there are a few ways we can go about this. one is to simply use a pad x/y calculator. either pad x rear or pad x center is used, and both are needed because, depending on the bike company, each is used. so to get the ball rolling:
let's start with what you're NOT. here is a detail from the scott plasma prescriber
you'll see that this bike - which is a fabulous bike but has a fit range that's on the rather narrow side, because of the (lack of massive) front end adjustability - doesn't present to you a fit solution. it's gauged to pad-center, so your pad x (ctr) of 425mm is not quite achievable on this bike. it's 20mm too long. you could do it. if you were a pro and you had to ride it, either the pads will ride 20mm further up your forearm or we'd fashion you a plate between the armrest cup and the cradle, or we'd drill some new holes in the cradle, or we'd choose a different cradle, something like that.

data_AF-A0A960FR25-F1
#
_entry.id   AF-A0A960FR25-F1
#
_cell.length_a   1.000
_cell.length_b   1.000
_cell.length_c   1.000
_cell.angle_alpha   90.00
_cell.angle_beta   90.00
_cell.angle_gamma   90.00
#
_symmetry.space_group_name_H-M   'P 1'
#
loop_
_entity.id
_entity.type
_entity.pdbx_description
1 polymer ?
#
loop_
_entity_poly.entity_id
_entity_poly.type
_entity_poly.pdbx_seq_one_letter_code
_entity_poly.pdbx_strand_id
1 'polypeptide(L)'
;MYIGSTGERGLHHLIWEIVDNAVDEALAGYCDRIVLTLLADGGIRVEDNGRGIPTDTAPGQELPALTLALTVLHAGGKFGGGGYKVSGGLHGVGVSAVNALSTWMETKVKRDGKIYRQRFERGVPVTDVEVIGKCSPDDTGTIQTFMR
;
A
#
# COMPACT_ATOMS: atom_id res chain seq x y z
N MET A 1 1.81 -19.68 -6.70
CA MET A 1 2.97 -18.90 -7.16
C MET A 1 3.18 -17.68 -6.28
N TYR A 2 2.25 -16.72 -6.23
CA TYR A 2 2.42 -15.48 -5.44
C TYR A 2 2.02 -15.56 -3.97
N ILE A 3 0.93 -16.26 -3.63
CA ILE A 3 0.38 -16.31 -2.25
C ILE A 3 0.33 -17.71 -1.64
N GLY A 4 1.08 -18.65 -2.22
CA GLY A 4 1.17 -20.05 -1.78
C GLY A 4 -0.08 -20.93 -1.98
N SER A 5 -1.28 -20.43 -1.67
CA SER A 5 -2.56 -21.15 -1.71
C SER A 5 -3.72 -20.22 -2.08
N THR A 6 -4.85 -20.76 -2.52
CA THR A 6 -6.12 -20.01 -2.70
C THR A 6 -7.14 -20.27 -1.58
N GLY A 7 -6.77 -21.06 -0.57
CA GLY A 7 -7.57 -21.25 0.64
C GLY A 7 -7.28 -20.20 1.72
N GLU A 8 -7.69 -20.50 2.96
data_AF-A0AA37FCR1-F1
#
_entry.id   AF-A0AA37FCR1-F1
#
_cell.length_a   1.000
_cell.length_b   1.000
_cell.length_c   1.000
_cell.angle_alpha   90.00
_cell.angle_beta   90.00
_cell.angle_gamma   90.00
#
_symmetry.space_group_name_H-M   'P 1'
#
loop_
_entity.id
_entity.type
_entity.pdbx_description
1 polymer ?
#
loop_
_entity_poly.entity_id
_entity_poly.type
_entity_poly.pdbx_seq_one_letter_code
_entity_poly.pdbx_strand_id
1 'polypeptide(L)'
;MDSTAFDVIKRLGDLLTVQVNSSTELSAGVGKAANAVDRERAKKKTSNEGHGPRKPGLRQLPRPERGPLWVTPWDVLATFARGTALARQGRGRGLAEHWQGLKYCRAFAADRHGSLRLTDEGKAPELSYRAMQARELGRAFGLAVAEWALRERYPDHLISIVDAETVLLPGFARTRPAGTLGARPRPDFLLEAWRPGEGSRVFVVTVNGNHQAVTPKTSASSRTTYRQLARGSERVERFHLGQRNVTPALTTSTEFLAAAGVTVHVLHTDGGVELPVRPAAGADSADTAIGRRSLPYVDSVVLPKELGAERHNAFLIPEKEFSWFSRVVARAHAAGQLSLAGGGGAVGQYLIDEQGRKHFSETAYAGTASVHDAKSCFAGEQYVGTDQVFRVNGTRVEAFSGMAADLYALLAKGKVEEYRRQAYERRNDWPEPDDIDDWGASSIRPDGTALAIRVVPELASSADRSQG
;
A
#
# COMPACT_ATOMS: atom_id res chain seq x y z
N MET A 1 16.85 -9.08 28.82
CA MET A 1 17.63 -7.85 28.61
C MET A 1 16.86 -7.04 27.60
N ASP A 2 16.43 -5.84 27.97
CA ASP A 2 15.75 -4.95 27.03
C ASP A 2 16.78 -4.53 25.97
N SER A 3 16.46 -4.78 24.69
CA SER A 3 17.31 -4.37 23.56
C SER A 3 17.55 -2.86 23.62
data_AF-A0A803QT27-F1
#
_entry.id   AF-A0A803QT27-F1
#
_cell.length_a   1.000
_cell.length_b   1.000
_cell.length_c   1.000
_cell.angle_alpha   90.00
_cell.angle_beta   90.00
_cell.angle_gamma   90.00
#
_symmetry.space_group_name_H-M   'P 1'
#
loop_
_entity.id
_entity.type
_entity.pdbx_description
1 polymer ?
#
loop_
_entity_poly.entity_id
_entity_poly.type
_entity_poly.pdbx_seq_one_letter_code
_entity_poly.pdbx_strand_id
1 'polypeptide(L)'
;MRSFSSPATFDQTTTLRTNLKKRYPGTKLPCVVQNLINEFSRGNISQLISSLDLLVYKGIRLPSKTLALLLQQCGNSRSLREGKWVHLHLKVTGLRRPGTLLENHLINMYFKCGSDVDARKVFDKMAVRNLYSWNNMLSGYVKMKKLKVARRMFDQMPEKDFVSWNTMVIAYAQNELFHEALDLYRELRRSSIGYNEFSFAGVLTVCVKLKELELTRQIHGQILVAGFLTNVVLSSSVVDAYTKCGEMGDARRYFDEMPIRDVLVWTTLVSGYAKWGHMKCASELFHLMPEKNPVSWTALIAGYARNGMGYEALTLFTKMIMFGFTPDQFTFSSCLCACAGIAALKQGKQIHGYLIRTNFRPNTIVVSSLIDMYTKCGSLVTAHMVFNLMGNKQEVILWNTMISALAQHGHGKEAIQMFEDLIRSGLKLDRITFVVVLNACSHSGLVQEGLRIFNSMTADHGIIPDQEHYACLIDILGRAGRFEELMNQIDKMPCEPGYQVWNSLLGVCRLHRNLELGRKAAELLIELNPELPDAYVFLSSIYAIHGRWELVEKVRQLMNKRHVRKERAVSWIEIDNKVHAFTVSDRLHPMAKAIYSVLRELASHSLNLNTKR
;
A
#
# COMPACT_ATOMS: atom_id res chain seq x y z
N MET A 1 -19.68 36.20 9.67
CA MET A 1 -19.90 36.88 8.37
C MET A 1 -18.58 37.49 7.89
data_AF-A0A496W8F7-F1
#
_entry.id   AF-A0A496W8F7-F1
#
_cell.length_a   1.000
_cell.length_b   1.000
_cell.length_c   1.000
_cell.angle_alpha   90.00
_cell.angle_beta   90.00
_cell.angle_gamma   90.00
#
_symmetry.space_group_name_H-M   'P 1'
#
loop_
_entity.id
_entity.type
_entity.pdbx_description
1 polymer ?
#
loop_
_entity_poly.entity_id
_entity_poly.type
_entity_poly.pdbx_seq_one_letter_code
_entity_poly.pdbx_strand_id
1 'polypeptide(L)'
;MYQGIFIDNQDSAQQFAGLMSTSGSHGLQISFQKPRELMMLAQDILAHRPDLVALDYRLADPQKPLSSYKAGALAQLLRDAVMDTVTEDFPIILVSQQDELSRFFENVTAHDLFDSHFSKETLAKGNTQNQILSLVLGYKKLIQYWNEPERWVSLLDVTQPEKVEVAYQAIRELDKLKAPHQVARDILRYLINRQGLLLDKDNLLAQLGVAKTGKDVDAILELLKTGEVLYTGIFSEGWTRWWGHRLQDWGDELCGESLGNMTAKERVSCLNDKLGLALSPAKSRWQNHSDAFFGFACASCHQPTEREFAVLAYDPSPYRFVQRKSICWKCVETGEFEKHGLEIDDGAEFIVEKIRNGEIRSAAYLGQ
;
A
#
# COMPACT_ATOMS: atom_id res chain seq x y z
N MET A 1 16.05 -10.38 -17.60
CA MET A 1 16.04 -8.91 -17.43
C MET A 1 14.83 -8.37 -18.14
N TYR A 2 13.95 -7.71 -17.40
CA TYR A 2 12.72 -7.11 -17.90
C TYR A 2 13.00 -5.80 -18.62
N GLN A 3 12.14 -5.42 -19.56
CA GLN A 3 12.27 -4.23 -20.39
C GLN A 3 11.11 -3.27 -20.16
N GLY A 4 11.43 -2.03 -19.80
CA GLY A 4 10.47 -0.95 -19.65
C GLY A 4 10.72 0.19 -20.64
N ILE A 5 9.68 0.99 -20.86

here's a detail from the EXTRA SMALL size of the trek speed concept. see how your 590/425 pad y/x numbers intersect at a solution?
you're a size XS, that's a "mid-far" stem, 35mm pedestal. do you want to know why there are about 8000 or 9000 posts on the speed concept owners thread? do you want to know why so many speed concepts were sold? and why so many were sold on that thread
? because this is how easy it is to find a speed concept solution on a bike that has an extremely adjustable front end. (carl matson, "carl" on the forum, formerly an engineer at trek, walked people through this many, many times on that owners thread).
here's the funny thing: there's not THAT much difference in the frame geometries of these two bikes above. it is the front end adjustability that makes one bike easy to fit and another not so easy.
we can use these pad x/y numbers of yours to fit you to any tri bike, pretty much, and that means either superbikes or mortal bikes (that take standard stems). can you either narrow down your list by brand or model, or by price range?